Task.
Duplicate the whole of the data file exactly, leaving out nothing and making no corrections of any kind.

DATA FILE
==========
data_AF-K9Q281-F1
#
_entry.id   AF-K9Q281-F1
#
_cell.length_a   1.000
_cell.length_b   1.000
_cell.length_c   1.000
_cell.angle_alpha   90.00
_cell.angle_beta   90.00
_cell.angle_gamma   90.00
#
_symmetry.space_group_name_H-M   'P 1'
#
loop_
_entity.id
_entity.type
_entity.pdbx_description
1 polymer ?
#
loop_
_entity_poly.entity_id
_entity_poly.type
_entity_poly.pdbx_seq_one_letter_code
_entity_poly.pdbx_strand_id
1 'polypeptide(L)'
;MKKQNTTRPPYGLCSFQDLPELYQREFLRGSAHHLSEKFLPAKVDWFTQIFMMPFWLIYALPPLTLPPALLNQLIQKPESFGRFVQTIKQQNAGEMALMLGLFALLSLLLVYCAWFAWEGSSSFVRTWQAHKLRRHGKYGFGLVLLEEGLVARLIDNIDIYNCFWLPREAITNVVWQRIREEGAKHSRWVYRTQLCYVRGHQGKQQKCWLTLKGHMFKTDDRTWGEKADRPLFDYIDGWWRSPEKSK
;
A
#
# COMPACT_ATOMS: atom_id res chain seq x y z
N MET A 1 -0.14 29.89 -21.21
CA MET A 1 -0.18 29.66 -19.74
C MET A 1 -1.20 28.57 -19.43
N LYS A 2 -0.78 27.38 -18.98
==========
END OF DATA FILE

data_AF-K9Q281-F1
#
_entry.id   AF-K9Q281-F1
#
_cell.length_a   1.000
_cell.length_b   1.000
_cell.length_c   1.000
_cell.angle_alpha   90.00
_cell.angle_beta   90.00
_cell.angle_gamma   90.00
#
_symmetry.space_group_name_H-M   'P 1'
#
loop_
_entity.id
_entity.type
_entity.pdbx_description
1 polymer ?
#
loop_
_entity_poly.entity_id
_entity_poly.type
_entity_poly.pdbx_seq_one_letter_code
_entity_poly.pdbx_strand_id
1 'polypeptide(L)'
;MKKQNTTRPPYGLCSFQDLPELYQREFLRGSAHHLSEKFLPAKVDWFTQIFMMPFWLIYALPPLTLPPALLNQLIQKPESFGRFVQTIKQQNAGEMALMLGLFALLSLLLVYCAWFAWEGSSSFVRTWQAHKLRRHGKYGFGLVLLEEGLVARLIDNIDIYNCFWLPREAITNVVWQRIREEGAKHSRWVYRTQLCYVRGHQGKQQKCWLTLKGHMFKTDDRTWGEKADRPLFDYIDGWWRSPEKSK
;
A
#
# COMPACT_ATOMS: atom_id res chain seq x y z
N MET A 1 -0.14 29.89 -21.21
CA MET A 1 -0.18 29.66 -19.74
C MET A 1 -1.20 28.57 -19.43
N LYS A 2 -0.78 27.38 -18.98